Feb 15 The United States could prevent up to
half a million deaths over the next decade if Americans cut
their salt intake to within national guidelines, according to a
That finding, which comes the week New York City announced
success toward its goals of cutting salt levels by one-quarter
by 2014, is based on computer simulations using data from
various studies on the effects of extra sodium on blood pressure
and heart risks.
The Institute of Medicine recommends most healthy people get
1,500 milligrams (mg) of sodium per day, with an upper limit of
2,300 mg. But the average American eats something like 3,600 mg
a day, largely through processed food.
"Reducing sodium intake is important for everyone, not just
a small subset of people who are salt sensitive," said study
lead author Pamela Coxson, at the University of California, San
Although the health effects of cutting back on salt may be
small for the average person, she said, the results show they
add up when projected across millions of Americans.
Coxson and her colleagues ran three salt-reduction scenarios
through models that predicted how a lower-sodium diet would have
an impact on a person's risk of having high blood pressure or
dying of cardiovascular disease.
The most realistic scenario was a gradual decline in the
average sodium intake over ten years to about 2,200 mg per day.
That goal would be "optimistic but potentially achievable," the
researchers wrote in the journal Hypertension.
Based on their calculations, and taking into account
uncertainties about sodium's direct effect on the heart, Coxson
and her colleagues calculated 280,000 to 500,000 fewer Americans
would die over the next decade as a result of that reduction.
A more dramatic and immediate decline to 1,500 mg of salt
per day across the U.S. population could prevent up to 1.2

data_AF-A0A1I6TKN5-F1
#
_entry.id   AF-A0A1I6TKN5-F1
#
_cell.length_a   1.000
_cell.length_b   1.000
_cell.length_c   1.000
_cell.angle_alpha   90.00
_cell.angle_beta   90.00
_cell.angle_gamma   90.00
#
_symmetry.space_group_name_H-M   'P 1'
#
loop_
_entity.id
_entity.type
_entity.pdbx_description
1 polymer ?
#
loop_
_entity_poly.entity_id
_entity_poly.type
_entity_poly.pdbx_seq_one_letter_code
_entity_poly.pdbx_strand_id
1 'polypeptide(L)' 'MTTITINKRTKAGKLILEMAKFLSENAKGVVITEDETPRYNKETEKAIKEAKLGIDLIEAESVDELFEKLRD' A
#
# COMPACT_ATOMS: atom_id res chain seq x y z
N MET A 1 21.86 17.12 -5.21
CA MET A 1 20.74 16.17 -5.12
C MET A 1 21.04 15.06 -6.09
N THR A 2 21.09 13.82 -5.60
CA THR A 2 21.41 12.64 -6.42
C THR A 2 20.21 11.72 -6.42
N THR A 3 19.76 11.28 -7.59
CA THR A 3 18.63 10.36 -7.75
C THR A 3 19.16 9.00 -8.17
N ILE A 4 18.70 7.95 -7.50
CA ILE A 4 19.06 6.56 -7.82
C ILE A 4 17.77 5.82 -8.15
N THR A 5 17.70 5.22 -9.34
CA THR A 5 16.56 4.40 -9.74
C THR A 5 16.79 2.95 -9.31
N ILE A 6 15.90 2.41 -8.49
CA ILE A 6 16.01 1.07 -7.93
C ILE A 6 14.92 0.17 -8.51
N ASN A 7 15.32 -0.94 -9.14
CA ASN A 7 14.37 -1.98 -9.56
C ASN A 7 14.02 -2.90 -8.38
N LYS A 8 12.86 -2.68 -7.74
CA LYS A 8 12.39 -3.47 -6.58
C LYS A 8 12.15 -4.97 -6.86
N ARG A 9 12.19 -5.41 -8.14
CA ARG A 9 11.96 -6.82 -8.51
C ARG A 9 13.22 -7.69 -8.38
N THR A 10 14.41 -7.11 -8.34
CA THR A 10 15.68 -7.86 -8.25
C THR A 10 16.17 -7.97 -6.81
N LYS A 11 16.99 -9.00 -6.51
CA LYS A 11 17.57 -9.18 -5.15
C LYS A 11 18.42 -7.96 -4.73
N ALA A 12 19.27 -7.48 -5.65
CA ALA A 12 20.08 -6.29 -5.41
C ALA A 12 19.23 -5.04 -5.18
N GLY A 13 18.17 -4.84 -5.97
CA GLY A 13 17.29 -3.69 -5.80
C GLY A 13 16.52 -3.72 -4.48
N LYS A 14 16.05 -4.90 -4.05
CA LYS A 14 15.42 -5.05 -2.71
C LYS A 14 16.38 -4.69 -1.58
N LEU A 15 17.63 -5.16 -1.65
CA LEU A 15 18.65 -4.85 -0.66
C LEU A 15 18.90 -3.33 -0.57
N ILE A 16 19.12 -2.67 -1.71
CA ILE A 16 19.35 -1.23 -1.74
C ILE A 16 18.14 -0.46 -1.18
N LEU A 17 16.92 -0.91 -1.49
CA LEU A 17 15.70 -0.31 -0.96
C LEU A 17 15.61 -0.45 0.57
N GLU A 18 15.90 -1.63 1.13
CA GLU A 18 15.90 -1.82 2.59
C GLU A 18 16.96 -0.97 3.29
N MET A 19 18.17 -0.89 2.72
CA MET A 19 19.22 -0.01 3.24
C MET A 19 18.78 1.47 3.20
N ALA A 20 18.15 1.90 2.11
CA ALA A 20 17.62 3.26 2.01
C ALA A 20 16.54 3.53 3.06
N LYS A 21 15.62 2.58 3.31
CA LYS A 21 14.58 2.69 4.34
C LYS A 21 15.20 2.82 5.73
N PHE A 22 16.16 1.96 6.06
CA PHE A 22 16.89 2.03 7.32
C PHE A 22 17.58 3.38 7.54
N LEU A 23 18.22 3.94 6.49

million deaths, largely from heart disease or stroke, the
researchers said. But that isn't very realistic, policy-wise.
"The gradual reduction is something that many countries
around the world are working on in various ways," Coxson told
Reuters Health, noting that some countries have worked with food
producers to cut back salt in meat, canned goods and bread.
"The big majority of our intake of sodium is coming from
those types of processed foods," Coxson said. "The individual at
home with their salt shakes only controls maybe 20 to 25 percent
of their intake."
But other researchers said the models didn't reflect the
full picture of variations in salt intake.
Michael Alderman from the Albert Einstein College of
Medicine in New York said the researchers' calculations are
missing data on how too little sodium can also raise heart
risks, through its effect on blood fats and insulin.
He added that there's no evidence that eating less than
2,000 mg of sodium per day is beneficial for the average person.
"Like every other essential nutrient that I know of, too
little is not good for you, and too much is not good for you,"
(Reporting from New York by Genevra Pittman at Reuters Health;
editing by Elaine Lies)